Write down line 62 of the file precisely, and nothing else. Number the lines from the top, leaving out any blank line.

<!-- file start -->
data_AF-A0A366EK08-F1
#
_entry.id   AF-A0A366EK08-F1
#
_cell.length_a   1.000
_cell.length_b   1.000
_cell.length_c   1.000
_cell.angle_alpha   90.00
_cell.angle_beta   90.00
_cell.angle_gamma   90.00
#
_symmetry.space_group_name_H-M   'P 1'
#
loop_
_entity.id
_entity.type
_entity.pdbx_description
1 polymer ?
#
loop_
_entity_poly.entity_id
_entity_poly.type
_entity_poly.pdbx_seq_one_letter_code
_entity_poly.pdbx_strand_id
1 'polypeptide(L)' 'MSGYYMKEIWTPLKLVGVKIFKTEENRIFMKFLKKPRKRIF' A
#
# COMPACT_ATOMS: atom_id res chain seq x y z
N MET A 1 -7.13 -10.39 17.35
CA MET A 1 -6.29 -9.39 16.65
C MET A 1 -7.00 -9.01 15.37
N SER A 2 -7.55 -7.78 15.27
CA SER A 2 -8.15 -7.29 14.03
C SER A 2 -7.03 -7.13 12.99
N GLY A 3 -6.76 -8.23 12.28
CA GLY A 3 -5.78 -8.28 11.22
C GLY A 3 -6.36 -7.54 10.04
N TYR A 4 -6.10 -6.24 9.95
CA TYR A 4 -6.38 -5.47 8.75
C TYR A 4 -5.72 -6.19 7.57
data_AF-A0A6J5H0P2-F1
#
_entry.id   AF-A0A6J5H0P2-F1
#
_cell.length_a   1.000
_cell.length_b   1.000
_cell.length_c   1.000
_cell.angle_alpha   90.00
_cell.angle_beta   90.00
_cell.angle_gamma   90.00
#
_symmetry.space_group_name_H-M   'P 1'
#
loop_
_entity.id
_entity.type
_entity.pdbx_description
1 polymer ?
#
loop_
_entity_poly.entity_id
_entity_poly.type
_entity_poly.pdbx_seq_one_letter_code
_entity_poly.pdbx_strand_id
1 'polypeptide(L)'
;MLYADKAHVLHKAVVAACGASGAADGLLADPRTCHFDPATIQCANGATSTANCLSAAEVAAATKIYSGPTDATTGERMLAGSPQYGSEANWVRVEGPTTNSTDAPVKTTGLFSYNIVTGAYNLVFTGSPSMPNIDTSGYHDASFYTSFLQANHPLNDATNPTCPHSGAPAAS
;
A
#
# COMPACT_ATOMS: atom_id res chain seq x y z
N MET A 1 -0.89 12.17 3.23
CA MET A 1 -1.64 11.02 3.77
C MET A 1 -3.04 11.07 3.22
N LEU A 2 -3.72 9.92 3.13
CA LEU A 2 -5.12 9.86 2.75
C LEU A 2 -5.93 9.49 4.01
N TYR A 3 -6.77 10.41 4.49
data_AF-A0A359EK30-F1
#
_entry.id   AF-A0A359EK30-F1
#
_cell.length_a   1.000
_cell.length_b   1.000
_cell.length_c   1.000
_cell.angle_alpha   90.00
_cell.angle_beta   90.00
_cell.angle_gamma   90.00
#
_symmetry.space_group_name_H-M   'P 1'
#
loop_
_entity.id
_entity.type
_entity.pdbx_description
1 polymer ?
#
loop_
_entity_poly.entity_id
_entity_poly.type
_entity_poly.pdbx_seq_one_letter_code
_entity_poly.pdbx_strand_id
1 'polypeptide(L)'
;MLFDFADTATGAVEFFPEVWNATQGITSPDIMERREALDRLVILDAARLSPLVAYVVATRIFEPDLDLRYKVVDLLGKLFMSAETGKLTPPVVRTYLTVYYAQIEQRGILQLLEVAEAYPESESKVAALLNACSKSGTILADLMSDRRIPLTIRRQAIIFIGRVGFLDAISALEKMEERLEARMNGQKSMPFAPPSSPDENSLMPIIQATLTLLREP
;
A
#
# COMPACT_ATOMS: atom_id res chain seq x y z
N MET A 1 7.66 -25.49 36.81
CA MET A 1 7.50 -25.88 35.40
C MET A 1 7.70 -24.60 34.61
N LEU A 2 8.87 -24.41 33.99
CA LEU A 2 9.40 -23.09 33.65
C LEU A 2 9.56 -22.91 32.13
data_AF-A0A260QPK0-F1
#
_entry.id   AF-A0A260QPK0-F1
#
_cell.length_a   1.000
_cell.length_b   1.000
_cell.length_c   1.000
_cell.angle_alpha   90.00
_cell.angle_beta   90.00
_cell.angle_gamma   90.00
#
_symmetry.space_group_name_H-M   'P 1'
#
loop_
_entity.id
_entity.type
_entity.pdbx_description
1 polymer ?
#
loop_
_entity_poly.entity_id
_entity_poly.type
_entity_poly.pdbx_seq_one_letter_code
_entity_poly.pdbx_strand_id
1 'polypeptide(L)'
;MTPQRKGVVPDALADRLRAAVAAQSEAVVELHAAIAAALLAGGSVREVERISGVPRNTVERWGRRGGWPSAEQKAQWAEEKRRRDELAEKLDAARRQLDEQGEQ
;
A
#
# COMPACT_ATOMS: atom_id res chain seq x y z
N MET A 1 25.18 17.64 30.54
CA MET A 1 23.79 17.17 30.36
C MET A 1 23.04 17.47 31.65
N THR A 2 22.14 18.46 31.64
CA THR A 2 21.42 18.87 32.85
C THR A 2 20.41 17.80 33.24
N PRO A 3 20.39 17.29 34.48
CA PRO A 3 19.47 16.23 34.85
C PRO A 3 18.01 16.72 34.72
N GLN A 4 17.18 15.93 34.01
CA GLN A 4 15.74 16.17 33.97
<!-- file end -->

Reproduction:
_entity_poly.pdbx_seq_one_letter_code